In the third line, the shootee tells their dog to take a rest.  Where the person is walking, there are ditches in front of the homes.  In this line of the poem, as the shootee lets go of the leash and stands by the side of the road, the dog walks down into the ditch and lays down.

The next ten lines are indented.  These lines describe what the shootee does while their dog rests.  At first the shootee just stands.  The dog is resting for a while and the standing feels like it goes on.  The shootee’s legs get a little tired and so they crouch down.  They find some pine needles and start braiding them together.  They then stop this, and pick up a couple of pebbles and move them in their fingers.  After this, the shootee stands up again.

When the shootee stands, the homeowner comes out of their house.  The shootee says, Hi.  The homeowner (the shooter) is upset that someone has been standing in front of their house and asks angrily, “What are you doing here?”

The shootee is taken aback by this question and emotion and responds, “Hmm?”

The shooter then asks the question again, as they move closer and more angrily toward the shootee.

The shootee realizes the misunderstanding.  They realize that the shooter can only see them and not the dog, because the dog is in a ditch.  They understand the concern of the shooter.  They try to clear things up and explain by starting “Oh, nothing, you see …”

The shooter interrupts the shootee.  The shooter yells to the shootee to get away from the house.  The shooter moves closer and more angrily.

The shootee tries to explain again.

The shooter then repeats the demand that the shootee get away from the house.

The shootee tries to explain again.  As they do, they motion with their arm at the dog in the ditch.

When the shooter sees the shootee’s arm move, they assume the shootee is going to do something violent.  The shooter pulls out a gun and shoots the shootee.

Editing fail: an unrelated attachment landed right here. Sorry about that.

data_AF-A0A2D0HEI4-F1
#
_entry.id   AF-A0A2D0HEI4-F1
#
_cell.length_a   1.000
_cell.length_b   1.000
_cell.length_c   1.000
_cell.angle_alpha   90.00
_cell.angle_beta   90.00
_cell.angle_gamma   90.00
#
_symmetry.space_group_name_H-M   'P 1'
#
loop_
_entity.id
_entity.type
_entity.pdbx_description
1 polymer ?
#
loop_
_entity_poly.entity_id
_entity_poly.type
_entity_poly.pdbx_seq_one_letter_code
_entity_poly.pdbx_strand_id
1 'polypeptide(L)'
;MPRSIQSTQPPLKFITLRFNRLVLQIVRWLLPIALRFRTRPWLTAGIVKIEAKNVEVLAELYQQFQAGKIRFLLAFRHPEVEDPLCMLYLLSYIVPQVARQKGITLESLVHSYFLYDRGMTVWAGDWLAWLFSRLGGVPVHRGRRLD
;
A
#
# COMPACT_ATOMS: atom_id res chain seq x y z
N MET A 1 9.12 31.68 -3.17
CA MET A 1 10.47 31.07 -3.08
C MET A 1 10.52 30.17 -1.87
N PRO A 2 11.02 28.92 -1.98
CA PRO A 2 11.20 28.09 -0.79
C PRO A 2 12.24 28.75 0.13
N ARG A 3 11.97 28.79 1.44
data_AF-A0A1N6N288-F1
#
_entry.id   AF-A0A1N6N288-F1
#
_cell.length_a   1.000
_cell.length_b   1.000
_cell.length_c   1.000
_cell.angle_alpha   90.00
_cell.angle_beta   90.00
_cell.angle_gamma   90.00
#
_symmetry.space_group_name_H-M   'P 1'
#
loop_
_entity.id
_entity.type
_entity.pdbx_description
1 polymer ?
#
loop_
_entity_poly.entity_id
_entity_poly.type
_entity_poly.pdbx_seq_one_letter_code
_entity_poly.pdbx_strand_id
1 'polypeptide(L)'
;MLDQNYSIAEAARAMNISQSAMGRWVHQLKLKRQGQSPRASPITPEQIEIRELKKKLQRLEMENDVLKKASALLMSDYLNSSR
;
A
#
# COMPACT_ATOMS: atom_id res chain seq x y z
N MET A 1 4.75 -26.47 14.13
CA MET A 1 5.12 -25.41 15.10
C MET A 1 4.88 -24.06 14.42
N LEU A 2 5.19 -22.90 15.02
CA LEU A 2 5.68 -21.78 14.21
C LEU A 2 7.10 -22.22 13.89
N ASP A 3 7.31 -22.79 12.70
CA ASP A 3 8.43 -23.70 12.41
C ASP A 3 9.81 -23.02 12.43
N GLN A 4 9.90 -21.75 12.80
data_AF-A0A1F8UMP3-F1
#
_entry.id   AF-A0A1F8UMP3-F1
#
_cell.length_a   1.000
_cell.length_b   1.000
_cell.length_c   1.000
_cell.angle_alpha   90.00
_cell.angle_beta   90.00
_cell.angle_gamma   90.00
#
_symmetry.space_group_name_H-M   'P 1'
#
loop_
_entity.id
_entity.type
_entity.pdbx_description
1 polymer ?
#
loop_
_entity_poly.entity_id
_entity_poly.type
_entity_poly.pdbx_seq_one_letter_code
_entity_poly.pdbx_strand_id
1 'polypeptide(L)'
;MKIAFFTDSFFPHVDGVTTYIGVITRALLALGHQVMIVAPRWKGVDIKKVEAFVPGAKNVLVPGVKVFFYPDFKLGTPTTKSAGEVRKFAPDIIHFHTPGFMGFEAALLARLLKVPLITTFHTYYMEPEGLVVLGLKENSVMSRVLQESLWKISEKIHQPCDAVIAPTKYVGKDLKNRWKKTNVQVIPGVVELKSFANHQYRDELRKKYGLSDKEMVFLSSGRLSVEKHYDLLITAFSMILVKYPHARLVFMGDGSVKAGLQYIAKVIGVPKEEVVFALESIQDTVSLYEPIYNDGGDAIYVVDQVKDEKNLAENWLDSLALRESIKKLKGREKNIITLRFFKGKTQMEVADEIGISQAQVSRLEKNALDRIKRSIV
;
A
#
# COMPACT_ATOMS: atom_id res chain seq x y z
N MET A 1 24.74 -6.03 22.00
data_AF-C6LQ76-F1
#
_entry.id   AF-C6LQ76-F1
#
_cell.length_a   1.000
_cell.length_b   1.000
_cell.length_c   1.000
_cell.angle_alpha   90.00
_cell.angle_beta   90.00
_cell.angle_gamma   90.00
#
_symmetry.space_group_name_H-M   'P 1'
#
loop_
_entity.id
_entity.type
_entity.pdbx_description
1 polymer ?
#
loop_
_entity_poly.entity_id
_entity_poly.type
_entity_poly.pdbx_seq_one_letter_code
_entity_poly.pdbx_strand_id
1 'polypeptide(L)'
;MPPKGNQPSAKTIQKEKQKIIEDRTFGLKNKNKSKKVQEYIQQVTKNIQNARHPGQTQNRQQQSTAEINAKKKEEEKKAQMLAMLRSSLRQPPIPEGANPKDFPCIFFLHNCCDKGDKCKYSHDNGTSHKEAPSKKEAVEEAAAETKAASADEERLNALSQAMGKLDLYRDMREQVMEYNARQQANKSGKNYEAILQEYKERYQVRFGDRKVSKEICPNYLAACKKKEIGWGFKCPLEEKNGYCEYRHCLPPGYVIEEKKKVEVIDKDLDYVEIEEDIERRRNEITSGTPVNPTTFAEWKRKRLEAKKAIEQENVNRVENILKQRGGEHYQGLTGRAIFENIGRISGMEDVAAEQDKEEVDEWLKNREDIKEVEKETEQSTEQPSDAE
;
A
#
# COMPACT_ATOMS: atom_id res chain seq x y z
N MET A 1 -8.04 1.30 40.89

The shootee hears three shots.

The shootee tries to explain as they die.

 

This poem is about a misunderstanding and overreaction that led to a shooting and killing.

The shootee in the poem was innocent.  In some sense, they made the mistake of loitering outside of someone’s home, but they had no criminal intent.

The shooter in the situation, was not really bad, but simply saw someone standing and waiting too long outside of their house.  The shooter never saw the shootee’s dog, which was in a ditch.  They felt threatened by the situation and even more threatened when they confronted the shootee and the shootee did not immediately leave.

This poem that is about a simple situation that escalated and went in the wrong direction.

One interesting aspect of this poem, in terms of its presentation, is that there is only one focus.  In the poem, the dog’s actions are not written out.  Also, the voice of the shooter is not directly articulated.  Only the words, and with one exception, only the actions of the shootee are shown.  The exception is the three gun shots.  These are articulated by the count in the poem.

In terms of form, in the poem, actions are indented two spaces (the actions of the person as they wait for their dog, and the gun shots).  Also, the last line ends abruptly, even without ellipses, to signify the shootee died.

Post Series: Poems with Explanations: The play

Hey, the play’s beginning.

What do you mean you won’t be there for the start?

What else do you have to do?

Alright, fine, when the lead actor calls for audience involvement, you show up.

Hey, the play’s a third of the way through, the lead actor’s calling for audience involvement.  What you’re supposed to do first, is make a lot of noise.

Now watch the play.

What do you mean?  What’s wrong with the lead actor saying their lines behind that wall most of the time?  It’s for dramatic effect.  Don’t you know about theater?

How many times are you going to go to the concession stand?  You’ve missed some really important parts.

What’s that?  Oh, the lead actor’s speaking in Dutch.  You do know Dutch, right?

What’s that?  You have to go make a phone call?  Alright, but this is a good part coming up.